Jerry Shore, Sculptor
CNPHS Historic Recognition Program
Making a Dream a Reality
by Ross Lumpkin, Trustee
Valley Road veers north off Harbor Road for about four blocks and morphs into Avenue C. In pre-colonial times, it was part of a Matinecock native American path between what is now Sands Point and the Mill Pond. It evolved into a dirt road that early settlers used to take their produce to the old red mill to be processed. In the nineteenth century, it was known as Hicksville Road after the farmer who built his homestead and barn on the west side of the road.
Everything changes, and in today’s busy world, Valley Road is one of Port’s many cut-throughs with an odd mix of homes, autobody shops, and warehouses. If you traveled this way not so long ago, you would have been surprised to see a collection of large scale, geometric metal designs - often in vivid reds, blues, or yellows - on display in front of the warehouse at number #19.
It was the home of Shore Sculpture. Upon retirement in 1996 at the age of 70, Jerry Shore converted the warehouse into a studio to pursue his life-long dream to be a professional sculptor. He worked there until his death in 2014.
Whatever your feelings about modern art, its unlikely presence would catch you off guard. It was his way of breaking up our humdrum lives, inviting us to stop and think and maybe ask a few questions…
Jerry’s life was a life worth remembering and knowing more about; not only because of the unique contribution he made to Port Washington, but because of how he channeled his creative drive: as a successful entrepreneur, a courageous artist, and a beloved family patriarch.
In 1954 he co-founded Park Electronics and served as its CEO until his retirement in 1996. Today, Park Electronics is a multi-national company on the New York Stock Exchange with more than 500 employees.
Thanks to a thriving business, he was able to settle his growing family in Sands Point in the 1960s. He and his wife Cecile raised three children. They were his priority.
Even with his dream on the backburner, his creative impulses were very much alive. “He was always making something in his studio/workshop,” recalls his daughter Robin. “ My father was a jack of all trades, a fix-it guy, a problem solver. He was always finding creative ways to resolve problems - be it in his business life or fixing a broken refrigerator. He spent a lot of time looking at art - galleries and museums were always on the agenda. He was an avid viewer - loving and learning from seeing others’ artwork.”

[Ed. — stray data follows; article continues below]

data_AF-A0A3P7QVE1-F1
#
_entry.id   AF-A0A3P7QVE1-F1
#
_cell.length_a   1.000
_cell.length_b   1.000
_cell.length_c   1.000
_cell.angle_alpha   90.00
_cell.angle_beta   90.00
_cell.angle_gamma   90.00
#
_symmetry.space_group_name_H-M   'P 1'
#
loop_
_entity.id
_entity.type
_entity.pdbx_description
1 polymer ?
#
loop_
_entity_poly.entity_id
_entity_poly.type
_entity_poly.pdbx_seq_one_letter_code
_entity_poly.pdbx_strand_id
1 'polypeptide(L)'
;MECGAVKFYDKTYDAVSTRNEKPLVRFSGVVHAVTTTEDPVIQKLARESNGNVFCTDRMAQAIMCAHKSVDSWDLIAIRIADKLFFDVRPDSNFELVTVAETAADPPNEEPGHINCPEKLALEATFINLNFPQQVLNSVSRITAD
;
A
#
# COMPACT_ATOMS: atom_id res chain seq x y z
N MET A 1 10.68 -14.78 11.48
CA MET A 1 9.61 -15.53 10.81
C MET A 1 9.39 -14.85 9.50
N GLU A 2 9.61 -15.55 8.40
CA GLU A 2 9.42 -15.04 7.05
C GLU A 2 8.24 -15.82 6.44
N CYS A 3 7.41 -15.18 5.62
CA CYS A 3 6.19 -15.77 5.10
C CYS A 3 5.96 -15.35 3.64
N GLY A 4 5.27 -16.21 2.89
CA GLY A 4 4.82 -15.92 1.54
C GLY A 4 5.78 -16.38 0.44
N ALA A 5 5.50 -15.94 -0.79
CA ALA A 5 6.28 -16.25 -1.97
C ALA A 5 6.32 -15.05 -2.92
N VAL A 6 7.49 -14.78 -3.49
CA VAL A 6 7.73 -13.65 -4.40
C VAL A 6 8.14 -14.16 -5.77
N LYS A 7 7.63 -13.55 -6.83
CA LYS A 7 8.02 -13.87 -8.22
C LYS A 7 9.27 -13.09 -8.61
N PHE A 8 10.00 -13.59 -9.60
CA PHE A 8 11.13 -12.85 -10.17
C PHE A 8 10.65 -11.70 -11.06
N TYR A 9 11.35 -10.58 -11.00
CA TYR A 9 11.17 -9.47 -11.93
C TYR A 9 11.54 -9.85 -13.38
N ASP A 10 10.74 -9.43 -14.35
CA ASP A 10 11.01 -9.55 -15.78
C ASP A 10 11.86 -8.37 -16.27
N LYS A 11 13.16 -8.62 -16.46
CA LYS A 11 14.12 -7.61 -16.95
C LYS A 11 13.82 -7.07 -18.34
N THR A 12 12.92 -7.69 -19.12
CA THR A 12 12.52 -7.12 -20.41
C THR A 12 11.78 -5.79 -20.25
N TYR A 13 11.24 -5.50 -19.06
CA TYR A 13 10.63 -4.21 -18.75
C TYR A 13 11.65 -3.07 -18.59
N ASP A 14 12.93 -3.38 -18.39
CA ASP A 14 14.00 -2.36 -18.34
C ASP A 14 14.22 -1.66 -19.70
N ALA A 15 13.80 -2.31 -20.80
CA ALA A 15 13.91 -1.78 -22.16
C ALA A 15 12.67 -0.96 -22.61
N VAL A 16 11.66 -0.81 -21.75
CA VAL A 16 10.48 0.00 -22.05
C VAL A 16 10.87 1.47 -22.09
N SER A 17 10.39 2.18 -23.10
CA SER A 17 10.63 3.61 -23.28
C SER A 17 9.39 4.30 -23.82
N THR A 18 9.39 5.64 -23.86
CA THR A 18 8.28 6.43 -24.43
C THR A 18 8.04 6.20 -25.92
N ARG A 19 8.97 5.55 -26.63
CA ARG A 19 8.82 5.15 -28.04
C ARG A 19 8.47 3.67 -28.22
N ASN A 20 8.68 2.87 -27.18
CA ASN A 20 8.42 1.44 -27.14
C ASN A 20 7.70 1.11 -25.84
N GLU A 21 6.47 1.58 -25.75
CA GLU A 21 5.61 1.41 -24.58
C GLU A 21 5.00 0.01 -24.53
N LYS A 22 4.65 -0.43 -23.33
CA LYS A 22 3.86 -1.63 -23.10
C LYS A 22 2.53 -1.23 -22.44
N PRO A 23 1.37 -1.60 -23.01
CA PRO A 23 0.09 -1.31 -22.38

Although #19 is now just another warehouse on Valley Road, you can see some of his work at the Bay Walk in Port Washington North and at the Village Club in Sands Point.
Three Sculptures by Jerry Shore
The Bay Walk Park in Port Washington North is the most ambitious public project on our peninsula in a long time. The driving force behind its conception, its design, its funding, and its construction is the town’s mayor Robert Weitzner.
In his role as curator, looking for works by local artists whose work reflected Port’s culture and history, the mayor met Jerry Stone in his studio on Valley Road.
He found and acquired a perfect fit in SNOWBIRDS. The sculpture resonates with one of the great pleasures of living in Port Washington: taking a walk along Manhasset Bay in the evening. In Autumn or Spring, you can hear the sound of migrating birds call out for attention, and look up up to see them flying in formation.
As proud as the mayor was to give SNOWBIRDS a place on the Bay Walk, he was likewise distressed a few years later in early 2014 to find that someone vandalized it, tearing one of the six birds from the sculpture. It isn’t the sort of crime that is easily solved, but what made it truly mysterious is that the sculpture was anonymously restored shortly thereafter.
I have discovered who made the repairs. At first, I thought I would let it be, and speak of the mystery on one of the Historical Society’s Magical History Tours, for it would go well with another mystery nearby. Out in the bay, another anonymous citizen of Manorhaven planted an American flag on a mound of rocks to remember the victims of 9/11.
But to reveal the secret will reveal something important about Jerry Shore, his family, and closure. Jerry died on May 19, 2014. His daughter Robin told me: “My brother Peter and I are the two people who repaired the vandalized piece… We saw it as an honor to repair the piece for my father who had already died at that point”.
Jerry told Mayor Wietzner that he was inspired to make this piece when he saw some sailboats in the bay whose white sails had turned red in the sunset.
Robin Shore said of her father: “He was not afraid to fail. He never avoided something due to fear. He approached his sculpture work this way as well. He wasn’t afraid of using color, of critics’ opinions, of trying something new, of messing up a piece he was working on - he was always open to the endless possibilities in anything he attempted. Being an artist can be a vulnerable and revealing profession, but my father did not worry about others’ opinions. He was determined to be free in his studio,”
HO/80 was a gift that Jerry gave to one of his best friends, Howard Olian on his 80th birthday. Howard and his wife JoAnne kept it outside their home until Howard ‘s death in 2007. JoAnne sold the house, moved to Manhattan, and donated the sculpture to the Sands Point Village Club with Jerry’s permission.
HO/80 seems perfectly placed in its new location on the lawn that stretches down from the Village Club mansion to Hempstead Harbor. As you circle around HO/80, it directs your attention out to the world around you; the view across the Hempstead Harbor to Sea Cliff, the sloping landscape, the mansion on the hill, and the sky above.